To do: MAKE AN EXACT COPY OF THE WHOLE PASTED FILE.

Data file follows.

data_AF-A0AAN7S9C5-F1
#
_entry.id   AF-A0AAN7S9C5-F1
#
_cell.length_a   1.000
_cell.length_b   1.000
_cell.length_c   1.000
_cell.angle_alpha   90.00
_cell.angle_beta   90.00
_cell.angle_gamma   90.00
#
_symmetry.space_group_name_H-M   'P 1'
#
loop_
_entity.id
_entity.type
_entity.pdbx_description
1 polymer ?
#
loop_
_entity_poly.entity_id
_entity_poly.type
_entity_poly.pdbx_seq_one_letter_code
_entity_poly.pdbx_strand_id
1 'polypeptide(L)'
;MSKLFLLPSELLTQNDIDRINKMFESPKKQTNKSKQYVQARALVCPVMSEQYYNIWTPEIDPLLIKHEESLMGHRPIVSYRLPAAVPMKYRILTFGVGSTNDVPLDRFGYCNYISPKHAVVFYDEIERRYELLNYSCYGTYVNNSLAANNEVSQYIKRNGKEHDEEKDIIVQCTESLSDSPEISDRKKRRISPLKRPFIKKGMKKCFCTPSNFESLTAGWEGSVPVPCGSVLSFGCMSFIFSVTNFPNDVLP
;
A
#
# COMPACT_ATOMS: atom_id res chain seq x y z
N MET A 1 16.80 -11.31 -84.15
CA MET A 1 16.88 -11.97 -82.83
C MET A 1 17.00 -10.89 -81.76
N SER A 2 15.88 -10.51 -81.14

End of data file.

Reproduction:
data_AF-A0AAN7S9C5-F1
#
_entry.id   AF-A0AAN7S9C5-F1
#
_cell.length_a   1.000
_cell.length_b   1.000
_cell.length_c   1.000
_cell.angle_alpha   90.00
_cell.angle_beta   90.00
_cell.angle_gamma   90.00
#
_symmetry.space_group_name_H-M   'P 1'
#
loop_
_entity.id
_entity.type
_entity.pdbx_description
1 polymer ?
#
loop_
_entity_poly.entity_id
_entity_poly.type
_entity_poly.pdbx_seq_one_letter_code
_entity_poly.pdbx_strand_id
1 'polypeptide(L)'
;MSKLFLLPSELLTQNDIDRINKMFESPKKQTNKSKQYVQARALVCPVMSEQYYNIWTPEIDPLLIKHEESLMGHRPIVSYRLPAAVPMKYRILTFGVGSTNDVPLDRFGYCNYISPKHAVVFYDEIERRYELLNYSCYGTYVNNSLAANNEVSQYIKRNGKEHDEEKDIIVQCTESLSDSPEISDRKKRRISPLKRPFIKKGMKKCFCTPSNFESLTAGWEGSVPVPCGSVLSFGCMSFIFSVTNFPNDVLP
;
A
#
# COMPACT_ATOMS: atom_id res chain seq x y z
N MET A 1 16.80 -11.31 -84.15
CA MET A 1 16.88 -11.97 -82.83
C MET A 1 17.00 -10.89 -81.76
N SER A 2 15.88 -10.51 -81.14